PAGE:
As a discipline, Integrated Marketing Communications (IMC) attempts to unify all pieces of marketing communications, including advertising, public relations, direct marketing, social media, and sales promotion. In a fast-paced industry, with highly saturated marketing channels, forward-thinking and staying on trend is the only way to make an impact on your target audience.
The “2020 Watchlist for Marketing Communicators,” presented by West Virginia University’s IMC and DMC Graduate Programs, provides insight into the future of marketing based on the rising trends and tactics today, backed by insights from our extensive network of alumni, industry leaders and professional faculty, as well as case studies and tactic examples to help inspire your next-level marketing communications plan.
1. Influencer Marketing
Influencer Marketing is the practice of leveraging an individual’s following to promote, endorse or support brands.
What started as typically using celebrities to pose with cans of cola and talk about how they use certain makeup each morning has evolved into a highly specialized industry. As social media continues to rise, the ability for any individual to become an “influencer” in their space of interest is increasingly more attainable.
Today, brands are utilizing those of all levels of social following to put a face to their products, give consumers someone to relate to and spread their company name across the individual’s network.
Case Study: Glossier
2. Cause Marketing
In an activist consumer climate, brands are increasingly becoming open to the idea of taking a stance on tough topics to align with the causes that are important to their consumers. While engaging with controversial issues was once taboo in the media world, it is now a leading way to earn press coverage and start conversations about your brand.
Cause marketing is becoming more than just donating a portion of profits. Cause Marketing is evolving into brands making a bold advertising statement, investing time to make a substantial contribution to a cause, and creating products that allow consumers to showcase their views as well.
Case Study: Price on Our Lives
3. Immersive Brand Pop-Ups
In an oversaturated marketing world, strategists are being tasked with developing with the most abstract concepts to capture media and consumer attention, all while adhering to brand identity. More and more consumers are being immersed in the world of a brand during extravagant temporary events called “ pop-ups.” They showcase creative risks, generate social media buzz with limited availability, and give new audiences a chance to experience the brand firsthand.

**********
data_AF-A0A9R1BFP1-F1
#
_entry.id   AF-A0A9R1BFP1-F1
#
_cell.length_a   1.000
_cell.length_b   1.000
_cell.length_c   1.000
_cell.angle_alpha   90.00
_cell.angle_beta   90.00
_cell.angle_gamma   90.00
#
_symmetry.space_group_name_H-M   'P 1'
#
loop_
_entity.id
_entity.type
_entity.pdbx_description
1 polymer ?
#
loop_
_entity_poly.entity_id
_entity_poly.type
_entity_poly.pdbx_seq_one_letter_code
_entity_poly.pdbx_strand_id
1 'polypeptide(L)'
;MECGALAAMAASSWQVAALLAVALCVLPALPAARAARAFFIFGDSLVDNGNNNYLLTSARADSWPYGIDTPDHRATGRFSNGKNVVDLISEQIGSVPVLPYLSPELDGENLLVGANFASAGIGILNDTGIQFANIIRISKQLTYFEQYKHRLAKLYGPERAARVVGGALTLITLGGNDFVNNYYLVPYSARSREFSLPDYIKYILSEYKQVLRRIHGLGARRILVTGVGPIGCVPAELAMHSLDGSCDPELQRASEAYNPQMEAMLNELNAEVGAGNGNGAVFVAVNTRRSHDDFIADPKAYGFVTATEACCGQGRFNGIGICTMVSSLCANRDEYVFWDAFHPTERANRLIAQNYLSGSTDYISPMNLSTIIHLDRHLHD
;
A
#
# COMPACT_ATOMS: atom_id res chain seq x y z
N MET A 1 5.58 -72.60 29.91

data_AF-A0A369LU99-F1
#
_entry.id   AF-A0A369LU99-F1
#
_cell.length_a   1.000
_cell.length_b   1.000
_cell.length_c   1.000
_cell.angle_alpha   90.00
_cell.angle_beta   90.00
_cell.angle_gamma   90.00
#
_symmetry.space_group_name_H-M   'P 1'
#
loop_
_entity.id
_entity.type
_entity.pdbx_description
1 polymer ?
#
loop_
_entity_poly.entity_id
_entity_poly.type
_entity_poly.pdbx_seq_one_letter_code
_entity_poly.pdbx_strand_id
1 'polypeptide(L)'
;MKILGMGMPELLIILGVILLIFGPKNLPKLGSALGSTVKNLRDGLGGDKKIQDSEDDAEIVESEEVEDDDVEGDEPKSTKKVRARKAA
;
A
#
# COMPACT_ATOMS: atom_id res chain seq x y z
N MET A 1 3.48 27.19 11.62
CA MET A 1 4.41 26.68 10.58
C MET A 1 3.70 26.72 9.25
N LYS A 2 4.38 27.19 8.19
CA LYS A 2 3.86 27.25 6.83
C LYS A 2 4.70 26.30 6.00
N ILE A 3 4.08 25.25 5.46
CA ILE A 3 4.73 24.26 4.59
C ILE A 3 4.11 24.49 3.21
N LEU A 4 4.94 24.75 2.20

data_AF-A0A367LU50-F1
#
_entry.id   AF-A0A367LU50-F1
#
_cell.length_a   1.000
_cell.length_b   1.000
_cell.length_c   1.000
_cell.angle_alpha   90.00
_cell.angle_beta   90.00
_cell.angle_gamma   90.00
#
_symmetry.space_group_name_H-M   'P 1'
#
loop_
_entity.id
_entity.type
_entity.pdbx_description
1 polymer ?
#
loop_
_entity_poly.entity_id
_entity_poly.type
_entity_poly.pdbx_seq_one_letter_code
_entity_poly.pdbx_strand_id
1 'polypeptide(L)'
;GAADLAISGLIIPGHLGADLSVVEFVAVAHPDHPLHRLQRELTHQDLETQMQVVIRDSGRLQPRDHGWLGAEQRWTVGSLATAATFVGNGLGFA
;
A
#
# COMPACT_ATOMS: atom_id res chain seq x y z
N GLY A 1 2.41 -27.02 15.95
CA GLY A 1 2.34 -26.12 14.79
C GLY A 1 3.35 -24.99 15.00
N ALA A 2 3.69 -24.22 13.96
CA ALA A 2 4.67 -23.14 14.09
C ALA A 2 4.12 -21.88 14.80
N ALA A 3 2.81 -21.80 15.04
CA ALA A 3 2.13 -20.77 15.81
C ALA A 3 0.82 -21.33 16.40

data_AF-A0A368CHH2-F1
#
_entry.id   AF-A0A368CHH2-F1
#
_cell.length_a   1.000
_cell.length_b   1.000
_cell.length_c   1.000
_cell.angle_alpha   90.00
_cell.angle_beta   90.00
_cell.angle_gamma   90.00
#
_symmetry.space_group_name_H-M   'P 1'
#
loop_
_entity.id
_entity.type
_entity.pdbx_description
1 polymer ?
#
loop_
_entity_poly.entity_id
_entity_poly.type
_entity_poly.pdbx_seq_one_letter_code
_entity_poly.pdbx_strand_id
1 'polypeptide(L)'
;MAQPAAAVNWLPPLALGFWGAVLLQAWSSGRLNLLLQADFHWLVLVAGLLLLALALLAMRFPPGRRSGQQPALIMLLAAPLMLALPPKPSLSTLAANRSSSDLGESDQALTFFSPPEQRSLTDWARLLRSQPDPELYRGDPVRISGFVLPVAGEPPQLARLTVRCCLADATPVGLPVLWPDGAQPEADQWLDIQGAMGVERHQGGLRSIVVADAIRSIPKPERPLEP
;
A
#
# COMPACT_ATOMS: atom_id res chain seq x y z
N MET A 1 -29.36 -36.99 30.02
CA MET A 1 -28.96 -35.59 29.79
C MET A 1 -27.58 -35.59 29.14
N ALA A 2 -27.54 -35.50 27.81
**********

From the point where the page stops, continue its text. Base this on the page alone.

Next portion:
Case Study: Cheetos
4. Addressable Advertising
Changes in TV Consumption. With many consumers “cutting the cord” on traditional TV service and opting for streaming platforms, brands need a new way to reach these highly fragmented audiences and get the most out of their budget.
Addressable TV advertising utilizes data collected by cross-referencing the programs consumers watch, the cable provider they use and other factors like websites they visit. This data creates profiles of potential target consumers to be delivered specific ads that speak to their interests. Brands and companies provide a target consumer to a cable provider to ensure their ads are only going to households whose compiled target would make them prospective customers.
Case Study: Gulf States Toyota
5. Culture and Diversity
Diverse Audiences Demand Diverse Messaging. Brands are continuously putting a greater emphasis on diversity and inclusion in their marketing campaigns. Not only because America is the most diverse it has ever been, but because of the visibility of that diversity. Consumers are demanding for brands to pay attention to representation and authentically showcase the population for what it is: a brand spectrum of culture and individuality.
With the rise of social media, everyone has a platform for opinion and to voice their individuality. Increasingly, people of color are utilizing this opportunity to speak out about their culture, drive trends and become powerful influencers. Brands need to continue to make authentic efforts to include Multicultural Americans into marketing images and diverse cultures into messaging. If efforts are not authentic, and these people are not recognized, brands put themselves at risk of boycott and backlash on social media.
Case Study: Nielsen Research
Click here to see the full 2020 Watchlist for Marketing Communicators
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